Creating a Sector Neutral SG Stock Portfolio
Sometimes, we are not sure where to start when constructing a single country equity portfolio. This post explores how to create a single country equities portfolio that strives to maintain sector neutrality – however, instead of using a market-capitalization based benchmark, we will strive for an equal weighted sector exposure.
The rationale for equal weighted sector exposure
More often than not, investments tend to be less diversified than desired - this can lead to too much risk being concentrated in one sector. When funds move out of the sector during sector rotation, an undiversified portfolio with overly-high sector concentrations can lead to larger than expected losses. An example is a portfolio containing 25% Thai Beverage, 25% Singtel, 25% M1, and 25% Starhub. An unforeseen circumstance or event that is negative for the Telecommunications sector can cause large drawdowns in the investment portfolio due to the high concentration in telecommunication stocks (in this case 75%) compared to Consumer Goods’ 25% (Thai Beverage).
There are many methods to deal with this under-diversification. One of these methods includes sector neutrality, which can be approached in two ways - one of which would be to allocate equal weights to each sector, and another, allocating sector weights are matched to that of a benchmark. In this article, we will focus on exploring equal sector weightage.
Using Analyst Reports for Portfolio Construction
As a client of a few brokers, I often receive broker reports and recommendations. Here, we shall assume that the analysts authoring these reports are at the very least more competent than myself in stock picking. Therefore, I can follow their recommendations and hopefully achieve superior returns compared to what I would have gained if I were to conduct my own Fundamental Analysis – of course, this assumption may or may not be valid, but go with this on the pretext of laziness.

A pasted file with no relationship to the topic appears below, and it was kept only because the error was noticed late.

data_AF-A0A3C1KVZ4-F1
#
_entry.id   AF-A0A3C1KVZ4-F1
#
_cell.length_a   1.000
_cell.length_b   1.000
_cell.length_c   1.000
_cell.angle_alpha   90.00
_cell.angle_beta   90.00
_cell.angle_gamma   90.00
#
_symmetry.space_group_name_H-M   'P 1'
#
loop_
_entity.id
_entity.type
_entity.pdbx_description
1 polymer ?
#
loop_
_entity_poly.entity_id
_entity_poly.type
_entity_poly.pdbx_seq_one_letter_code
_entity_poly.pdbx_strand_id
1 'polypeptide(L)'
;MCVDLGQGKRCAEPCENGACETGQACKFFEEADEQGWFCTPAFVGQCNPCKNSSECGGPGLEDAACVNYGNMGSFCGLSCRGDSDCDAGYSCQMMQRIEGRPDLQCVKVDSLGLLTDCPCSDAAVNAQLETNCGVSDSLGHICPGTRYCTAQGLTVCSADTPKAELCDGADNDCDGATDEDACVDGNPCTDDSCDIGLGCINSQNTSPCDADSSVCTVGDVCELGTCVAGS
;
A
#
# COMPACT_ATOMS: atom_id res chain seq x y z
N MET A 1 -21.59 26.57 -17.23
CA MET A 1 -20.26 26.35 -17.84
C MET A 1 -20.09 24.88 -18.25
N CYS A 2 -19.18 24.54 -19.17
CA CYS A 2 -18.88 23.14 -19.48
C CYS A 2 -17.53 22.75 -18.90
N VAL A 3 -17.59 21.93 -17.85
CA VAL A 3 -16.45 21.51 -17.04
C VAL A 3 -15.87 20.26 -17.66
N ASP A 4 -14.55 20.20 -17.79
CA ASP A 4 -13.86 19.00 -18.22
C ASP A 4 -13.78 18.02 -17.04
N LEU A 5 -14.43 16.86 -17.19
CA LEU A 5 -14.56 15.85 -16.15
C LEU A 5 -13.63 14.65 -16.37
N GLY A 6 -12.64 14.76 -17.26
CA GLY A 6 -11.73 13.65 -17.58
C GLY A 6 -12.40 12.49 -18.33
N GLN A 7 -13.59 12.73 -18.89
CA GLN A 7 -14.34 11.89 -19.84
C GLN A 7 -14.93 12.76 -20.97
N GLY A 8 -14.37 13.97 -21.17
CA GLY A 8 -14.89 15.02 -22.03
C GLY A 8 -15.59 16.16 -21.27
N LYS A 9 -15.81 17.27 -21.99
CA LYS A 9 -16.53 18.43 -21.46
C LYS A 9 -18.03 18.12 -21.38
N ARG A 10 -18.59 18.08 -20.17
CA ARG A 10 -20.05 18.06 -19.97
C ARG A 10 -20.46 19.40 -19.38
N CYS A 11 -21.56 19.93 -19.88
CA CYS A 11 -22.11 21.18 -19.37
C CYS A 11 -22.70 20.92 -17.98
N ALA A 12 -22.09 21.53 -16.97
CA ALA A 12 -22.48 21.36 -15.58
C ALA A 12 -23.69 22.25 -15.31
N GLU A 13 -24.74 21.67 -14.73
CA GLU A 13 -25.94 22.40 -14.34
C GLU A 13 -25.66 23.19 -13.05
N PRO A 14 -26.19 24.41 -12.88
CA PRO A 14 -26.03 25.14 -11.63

For this article, I will reference part of the Philips Morning Note report that I receive every day. I like that report as it usually updates me daily with breaking news as well as potential stock counters to watch, on top of the usual corporate earnings. One aspect of the report which I particularly like is the Singapore Stocks Coverage section where all their analyst recommendations are summarized. We will use this summary to construct our investment portfolio.
The Philips Morning Note report I am using was sent to me on the 30th of July 2018. Its Singapore Stock Coverage Section comprised 45 stocks from different sectors including Consumer Goods, Banking, Healthcare, Real Estate, Investment Trusts, Industrials, Materials, Oil and Gas, Utilities, Transport, and Technology and Communications. The report includes a rating – Buy, Accumulate, Neutral or Reduce, together with a target price and an upside to TP column which shows the percentage upside to the stock’s target price.
Constructing the Base Portfolio – removing stocks that can be interpreted as Overvalued
To construct the base Long-only portfolio, we first remove stocks that have negative upside to TP – this is because I interpret the recommendation as either over-valued or fairly valued. Since the market price has already met or exceeded our target prices, the stock might not be worth it from a fundamental perspective. Of course, this is on the assumption that the Target Price was derived from some fundamental metric such as a DCF valuation or Forward P/E price derivation. From the list of 45 stocks, 3 stocks had negative upside to TP, so we eliminate them.
Constructing the Base Portfolio #2 – Compiling Sector Information